Given large data sets, it is established that the pandemic has disproportionately impacted women’s social and economic lives. In Pakistan, over a quarter of the women’s workforce from multiple sectors lost their jobs by May 2020. Simultaneously, economic pressures translate into domestic violence. Since the country went into lockdown on April 1, 2020, officials reported over 25 percent escalation in cases of domestic violence against women with over 3,217 cases in the last quarter across the Punjab only.
More than 51,241 cases of violence against women have been registered from January 2011 to June 2017; conviction rates remain one of the lowest in the region at 2.5 percent merely sentenced by courts. With the weak socio-economic indicators across Pakistan, the number is likely to increase as provisions of security for women and girls, access to protection service, healthcare and financial burdens heighten domestic household tensions manifold – magnified under cramped and limited confines of living conditions.
While the Sustainable Development Agenda 2030 of the UN has fundamentally instituted a target area on gender equality for national and provincial legal frameworks to follow, structural inequalities, violence against women, systemic gender pay gaps, and cultural patriarchy leading to inter-generational discrimination continue to be a huge barrier to inclusive development in Pakistan.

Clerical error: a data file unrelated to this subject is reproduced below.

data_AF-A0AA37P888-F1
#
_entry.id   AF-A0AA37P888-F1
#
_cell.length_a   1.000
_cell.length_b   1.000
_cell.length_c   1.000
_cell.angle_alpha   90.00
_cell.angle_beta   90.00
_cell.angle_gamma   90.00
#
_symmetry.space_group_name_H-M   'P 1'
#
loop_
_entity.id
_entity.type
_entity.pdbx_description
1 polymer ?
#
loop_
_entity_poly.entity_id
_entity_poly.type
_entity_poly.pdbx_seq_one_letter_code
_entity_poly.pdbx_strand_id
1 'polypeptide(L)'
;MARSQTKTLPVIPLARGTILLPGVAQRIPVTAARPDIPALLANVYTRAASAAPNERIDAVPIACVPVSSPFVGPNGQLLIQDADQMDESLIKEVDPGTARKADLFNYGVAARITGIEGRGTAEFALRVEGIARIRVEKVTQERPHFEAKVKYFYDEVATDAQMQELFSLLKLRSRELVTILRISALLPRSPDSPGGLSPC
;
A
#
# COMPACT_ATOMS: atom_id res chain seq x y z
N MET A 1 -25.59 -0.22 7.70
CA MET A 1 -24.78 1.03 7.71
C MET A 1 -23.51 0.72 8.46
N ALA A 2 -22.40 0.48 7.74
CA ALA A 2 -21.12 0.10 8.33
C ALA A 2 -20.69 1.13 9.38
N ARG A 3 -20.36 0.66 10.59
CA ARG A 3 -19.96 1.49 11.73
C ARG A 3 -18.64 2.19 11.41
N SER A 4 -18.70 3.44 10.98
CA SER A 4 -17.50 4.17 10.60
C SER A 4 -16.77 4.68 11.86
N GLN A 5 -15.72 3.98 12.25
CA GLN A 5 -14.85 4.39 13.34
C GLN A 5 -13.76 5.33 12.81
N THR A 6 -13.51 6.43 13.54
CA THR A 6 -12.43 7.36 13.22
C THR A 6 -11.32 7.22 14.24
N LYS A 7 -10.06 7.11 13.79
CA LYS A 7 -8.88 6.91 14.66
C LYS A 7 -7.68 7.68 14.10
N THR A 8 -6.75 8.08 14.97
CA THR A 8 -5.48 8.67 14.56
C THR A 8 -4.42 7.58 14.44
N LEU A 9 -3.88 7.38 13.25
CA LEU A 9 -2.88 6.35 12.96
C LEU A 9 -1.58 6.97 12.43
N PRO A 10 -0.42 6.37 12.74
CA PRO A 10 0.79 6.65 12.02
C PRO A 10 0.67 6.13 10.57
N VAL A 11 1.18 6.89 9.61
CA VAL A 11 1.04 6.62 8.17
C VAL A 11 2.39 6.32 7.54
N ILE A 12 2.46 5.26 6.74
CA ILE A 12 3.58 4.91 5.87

What remains a question is how to damage control. In these challenging times it is key to ensure focus on women as frontline caregivers and that they have access to healthcare services with minimum risk of exposure. For the long term, it is essential to protect the poor and the most vulnerable women through social protection, particularly through cash transfers and devising ways on how women can keep their jobs and livelihoods.
The opportunity to rebuild through strengthening and widening social protection systems and ensuring a stronger framework of government subsidies for women is key. As policy architects think future strategies in the new emerging reality, it is central to remember that only structural safeguards to girls’ social, economic, political and cultural participation can ensure a promising future.
While the country witnesses a measured shift in its gender discourse, a new juncture curated by young millennial voices, amplified with women marchers and staunch social media influence is seen. As the struggle graduates from its foundational decades, gender-based politics appears to be shifting from state/ society to home/family topology. Ultimately blurring the patriarchal divide, the present crisis is potentially an opportunity to limit gender gap for building a resilient and equitable future.
For any recovery plan to be successful, it is essential that women be represented in strategic decision-making processes at all levels. Equally critical is to refocus policy interventions towards women-intensive sectors, and design an inclusive care economy that leaves no one behind.
The writer consults for the parliament of Pakistan on the UN’s Sustainable Development Goals.